Côte d’Ivoire has lost almost all of its forests in half a century: the Forest Investment Project (PIF) launched on November 24 will have to triple its forest cover by 2030.
The FIP aims to achieve a “forest coverage of the country of 6.5 million hectares by 2030, i.e. 20% of the national territory”, according the World Bank, which is financing it to the tune of 143 million euros.
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“It is a question of preserving and increasing the forest stock thanks to an agroforestry program covering 300,000 hectares of degraded classified forests in the south-west of the country, and in classified forests in the Savannah zone (north) “, explained the Minister of Water and Forests Laurent Tchagba.
This seven-year project should also benefit the country’s four national parks, including that of Taï (west), Africa’s second primary forest, listed as a UNESCO World Heritage Site as a biosphere reserve.
Cocoa trees and forestry
Delegations from Brazil, Colombia, Ghana, of Dominican Republic, cocoa producers like the Ivory Coast, participated in the launch of this project. “These countries will design a guide in which they will share large-scale experiences of associations of cocoa trees and forest trees”, explained Jean-Dominique Bescond, specialist in natural resource management at the World Bank.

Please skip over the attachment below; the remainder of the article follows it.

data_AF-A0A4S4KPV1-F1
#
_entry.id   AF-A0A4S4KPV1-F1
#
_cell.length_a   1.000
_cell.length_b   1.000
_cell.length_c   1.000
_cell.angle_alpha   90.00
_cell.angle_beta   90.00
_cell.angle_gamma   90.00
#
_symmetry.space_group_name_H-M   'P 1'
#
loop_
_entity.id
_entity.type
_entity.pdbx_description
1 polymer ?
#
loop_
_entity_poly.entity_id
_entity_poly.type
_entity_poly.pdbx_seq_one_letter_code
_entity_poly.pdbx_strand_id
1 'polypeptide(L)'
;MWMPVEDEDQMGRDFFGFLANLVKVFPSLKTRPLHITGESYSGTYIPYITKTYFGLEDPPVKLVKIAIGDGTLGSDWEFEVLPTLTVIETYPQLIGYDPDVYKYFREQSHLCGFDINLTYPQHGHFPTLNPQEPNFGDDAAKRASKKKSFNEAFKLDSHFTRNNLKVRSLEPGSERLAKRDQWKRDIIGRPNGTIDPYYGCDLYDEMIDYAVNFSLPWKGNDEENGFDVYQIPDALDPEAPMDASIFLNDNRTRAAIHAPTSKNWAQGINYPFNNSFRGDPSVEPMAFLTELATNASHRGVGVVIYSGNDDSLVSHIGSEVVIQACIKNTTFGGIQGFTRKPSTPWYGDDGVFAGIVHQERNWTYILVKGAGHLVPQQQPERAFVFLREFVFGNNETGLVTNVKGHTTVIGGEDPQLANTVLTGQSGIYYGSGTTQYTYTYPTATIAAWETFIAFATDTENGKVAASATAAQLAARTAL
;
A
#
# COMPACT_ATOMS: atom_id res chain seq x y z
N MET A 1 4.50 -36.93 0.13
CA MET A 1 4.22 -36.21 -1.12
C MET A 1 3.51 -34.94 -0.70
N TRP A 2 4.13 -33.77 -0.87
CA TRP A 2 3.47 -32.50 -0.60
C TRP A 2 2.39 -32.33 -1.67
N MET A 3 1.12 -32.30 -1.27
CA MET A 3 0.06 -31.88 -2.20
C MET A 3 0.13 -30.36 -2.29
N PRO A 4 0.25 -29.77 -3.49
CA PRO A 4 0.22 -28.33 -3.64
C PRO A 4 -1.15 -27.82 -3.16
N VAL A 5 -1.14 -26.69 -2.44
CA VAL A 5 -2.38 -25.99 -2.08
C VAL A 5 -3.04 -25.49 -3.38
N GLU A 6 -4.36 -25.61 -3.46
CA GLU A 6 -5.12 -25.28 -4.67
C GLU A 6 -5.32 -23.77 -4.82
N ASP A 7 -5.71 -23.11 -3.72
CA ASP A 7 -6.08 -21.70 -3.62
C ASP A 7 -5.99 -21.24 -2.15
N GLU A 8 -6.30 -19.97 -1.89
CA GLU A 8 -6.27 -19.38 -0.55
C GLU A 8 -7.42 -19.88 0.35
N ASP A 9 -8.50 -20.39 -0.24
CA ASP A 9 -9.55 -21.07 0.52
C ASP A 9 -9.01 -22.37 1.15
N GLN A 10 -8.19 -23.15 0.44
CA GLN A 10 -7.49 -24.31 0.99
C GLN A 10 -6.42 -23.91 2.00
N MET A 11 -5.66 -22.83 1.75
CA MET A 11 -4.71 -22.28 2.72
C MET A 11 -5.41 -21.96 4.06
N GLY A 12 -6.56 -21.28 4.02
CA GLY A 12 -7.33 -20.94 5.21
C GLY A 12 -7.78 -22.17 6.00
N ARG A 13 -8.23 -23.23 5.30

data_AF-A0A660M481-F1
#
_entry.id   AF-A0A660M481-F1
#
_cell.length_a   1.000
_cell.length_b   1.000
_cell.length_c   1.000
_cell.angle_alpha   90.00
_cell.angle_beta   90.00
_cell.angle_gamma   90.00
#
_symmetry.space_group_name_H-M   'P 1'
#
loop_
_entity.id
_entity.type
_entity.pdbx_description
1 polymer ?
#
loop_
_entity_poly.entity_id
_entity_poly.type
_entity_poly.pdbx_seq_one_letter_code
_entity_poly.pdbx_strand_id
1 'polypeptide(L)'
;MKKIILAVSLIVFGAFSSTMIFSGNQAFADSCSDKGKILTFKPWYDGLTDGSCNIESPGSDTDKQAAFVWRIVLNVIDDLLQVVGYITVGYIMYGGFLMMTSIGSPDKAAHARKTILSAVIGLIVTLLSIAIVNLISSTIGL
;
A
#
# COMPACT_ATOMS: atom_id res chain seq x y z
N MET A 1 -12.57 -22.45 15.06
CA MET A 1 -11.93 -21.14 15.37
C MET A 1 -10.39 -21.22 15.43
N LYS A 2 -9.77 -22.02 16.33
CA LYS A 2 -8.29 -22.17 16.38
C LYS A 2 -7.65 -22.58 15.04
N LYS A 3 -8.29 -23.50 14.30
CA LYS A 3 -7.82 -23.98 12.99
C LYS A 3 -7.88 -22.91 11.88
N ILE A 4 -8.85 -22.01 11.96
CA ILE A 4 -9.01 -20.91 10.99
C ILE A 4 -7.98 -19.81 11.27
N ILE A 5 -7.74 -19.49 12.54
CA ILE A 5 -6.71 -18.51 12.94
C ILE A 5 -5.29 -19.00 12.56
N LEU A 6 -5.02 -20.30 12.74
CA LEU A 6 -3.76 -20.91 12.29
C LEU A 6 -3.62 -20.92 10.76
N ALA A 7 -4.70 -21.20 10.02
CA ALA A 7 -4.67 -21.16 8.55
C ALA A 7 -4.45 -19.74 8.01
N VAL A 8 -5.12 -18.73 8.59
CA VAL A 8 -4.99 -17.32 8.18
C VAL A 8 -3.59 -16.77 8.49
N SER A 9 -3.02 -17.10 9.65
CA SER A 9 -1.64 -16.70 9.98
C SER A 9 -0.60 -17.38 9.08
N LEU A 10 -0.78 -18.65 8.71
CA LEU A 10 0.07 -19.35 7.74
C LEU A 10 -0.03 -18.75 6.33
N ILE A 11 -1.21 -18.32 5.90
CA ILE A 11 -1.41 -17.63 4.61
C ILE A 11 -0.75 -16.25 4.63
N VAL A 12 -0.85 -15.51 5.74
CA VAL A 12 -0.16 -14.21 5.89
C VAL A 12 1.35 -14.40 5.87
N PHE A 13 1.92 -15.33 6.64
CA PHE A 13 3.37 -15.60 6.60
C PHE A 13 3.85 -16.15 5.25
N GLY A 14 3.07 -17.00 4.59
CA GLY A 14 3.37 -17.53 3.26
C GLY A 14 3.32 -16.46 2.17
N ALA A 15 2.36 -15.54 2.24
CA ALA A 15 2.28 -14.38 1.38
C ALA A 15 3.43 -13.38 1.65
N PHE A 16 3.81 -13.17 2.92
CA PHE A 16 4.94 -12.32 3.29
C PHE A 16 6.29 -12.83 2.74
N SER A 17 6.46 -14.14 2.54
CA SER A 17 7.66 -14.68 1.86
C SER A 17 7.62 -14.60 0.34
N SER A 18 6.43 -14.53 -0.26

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Côte d’Ivoire, which had 16 million hectares of forest in the 1960s, saw the area shrink to two million hectares, according to official figures, mainly due to the development of cocoa plantations, which the country is the world’s largest producer, with 40% from market.